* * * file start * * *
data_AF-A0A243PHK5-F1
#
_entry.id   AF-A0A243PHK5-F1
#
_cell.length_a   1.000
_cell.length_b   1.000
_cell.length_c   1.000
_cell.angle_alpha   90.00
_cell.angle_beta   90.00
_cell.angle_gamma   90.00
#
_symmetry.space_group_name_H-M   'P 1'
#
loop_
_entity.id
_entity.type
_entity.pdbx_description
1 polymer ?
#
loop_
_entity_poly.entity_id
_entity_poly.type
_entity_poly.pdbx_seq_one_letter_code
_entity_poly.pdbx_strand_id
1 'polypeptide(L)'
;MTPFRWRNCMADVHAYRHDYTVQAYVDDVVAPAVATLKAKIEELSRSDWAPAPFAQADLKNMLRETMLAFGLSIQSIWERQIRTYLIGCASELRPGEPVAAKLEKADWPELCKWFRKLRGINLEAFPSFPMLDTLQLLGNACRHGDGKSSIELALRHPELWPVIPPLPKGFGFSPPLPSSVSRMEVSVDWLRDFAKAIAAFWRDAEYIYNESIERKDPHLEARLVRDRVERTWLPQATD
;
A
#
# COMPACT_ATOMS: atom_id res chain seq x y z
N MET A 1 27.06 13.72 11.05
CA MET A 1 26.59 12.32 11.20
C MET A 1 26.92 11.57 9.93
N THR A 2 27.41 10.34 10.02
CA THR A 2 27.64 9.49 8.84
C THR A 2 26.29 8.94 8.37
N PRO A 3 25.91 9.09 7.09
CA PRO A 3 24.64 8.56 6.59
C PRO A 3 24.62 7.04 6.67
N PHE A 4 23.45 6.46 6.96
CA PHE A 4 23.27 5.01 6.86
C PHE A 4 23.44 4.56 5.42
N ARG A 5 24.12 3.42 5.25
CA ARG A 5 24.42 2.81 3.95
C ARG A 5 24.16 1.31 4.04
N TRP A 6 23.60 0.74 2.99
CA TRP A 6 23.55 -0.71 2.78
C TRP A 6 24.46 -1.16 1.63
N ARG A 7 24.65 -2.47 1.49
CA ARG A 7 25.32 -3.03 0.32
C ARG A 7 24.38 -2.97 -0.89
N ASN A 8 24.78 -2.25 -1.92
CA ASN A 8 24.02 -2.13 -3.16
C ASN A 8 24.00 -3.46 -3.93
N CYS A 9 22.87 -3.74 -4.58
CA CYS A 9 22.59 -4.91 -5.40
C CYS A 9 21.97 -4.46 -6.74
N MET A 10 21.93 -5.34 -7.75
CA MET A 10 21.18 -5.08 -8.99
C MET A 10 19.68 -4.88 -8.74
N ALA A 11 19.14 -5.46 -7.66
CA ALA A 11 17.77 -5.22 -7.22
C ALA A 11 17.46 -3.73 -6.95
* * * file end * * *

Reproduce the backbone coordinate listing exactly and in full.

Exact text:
data_AF-A0A243PHK5-F1
#
_entry.id   AF-A0A243PHK5-F1
#
_cell.length_a   1.000
_cell.length_b   1.000
_cell.length_c   1.000
_cell.angle_alpha   90.00
_cell.angle_beta   90.00
_cell.angle_gamma   90.00
#
_symmetry.space_group_name_H-M   'P 1'
#
loop_
_entity.id
_entity.type
_entity.pdbx_description
1 polymer ?
#
loop_
_entity_poly.entity_id
_entity_poly.type
_entity_poly.pdbx_seq_one_letter_code
_entity_poly.pdbx_strand_id
1 'polypeptide(L)'
;MTPFRWRNCMADVHAYRHDYTVQAYVDDVVAPAVATLKAKIEELSRSDWAPAPFAQADLKNMLRETMLAFGLSIQSIWERQIRTYLIGCASELRPGEPVAAKLEKADWPELCKWFRKLRGINLEAFPSFPMLDTLQLLGNACRHGDGKSSIELALRHPELWPVIPPLPKGFGFSPPLPSSVSRMEVSVDWLRDFAKAIAAFWRDAEYIYNESIERKDPHLEARLVRDRVERTWLPQATD
;
A
#
# COMPACT_ATOMS: atom_id res chain seq x y z
N MET A 1 27.06 13.72 11.05
CA MET A 1 26.59 12.32 11.20
C MET A 1 26.92 11.57 9.93
N THR A 2 27.41 10.34 10.02
CA THR A 2 27.64 9.49 8.84
C THR A 2 26.29 8.94 8.37
N PRO A 3 25.91 9.09 7.09
CA PRO A 3 24.64 8.56 6.59
C PRO A 3 24.62 7.04 6.67
N PHE A 4 23.45 6.46 6.96
CA PHE A 4 23.27 5.01 6.86
C PHE A 4 23.44 4.56 5.42
N ARG A 5 24.12 3.42 5.25
CA ARG A 5 24.42 2.81 3.95
C ARG A 5 24.16 1.31 4.04
N TRP A 6 23.60 0.74 2.99
CA TRP A 6 23.55 -0.71 2.78
C TRP A 6 24.46 -1.16 1.63
N ARG A 7 24.65 -2.47 1.49
CA ARG A 7 25.32 -3.03 0.32
C ARG A 7 24.38 -2.97 -0.89
N ASN A 8 24.78 -2.25 -1.92
CA ASN A 8 24.02 -2.13 -3.16
C ASN A 8 24.00 -3.46 -3.93
N CYS A 9 22.87 -3.74 -4.58
CA CYS A 9 22.59 -4.91 -5.40
C CYS A 9 21.97 -4.46 -6.74
N MET A 10 21.93 -5.34 -7.75
CA MET A 10 21.18 -5.08 -8.99
C MET A 10 19.68 -4.88 -8.74
N ALA A 11 19.14 -5.46 -7.66
CA ALA A 11 17.77 -5.22 -7.22
C ALA A 11 17.46 -3.73 -6.95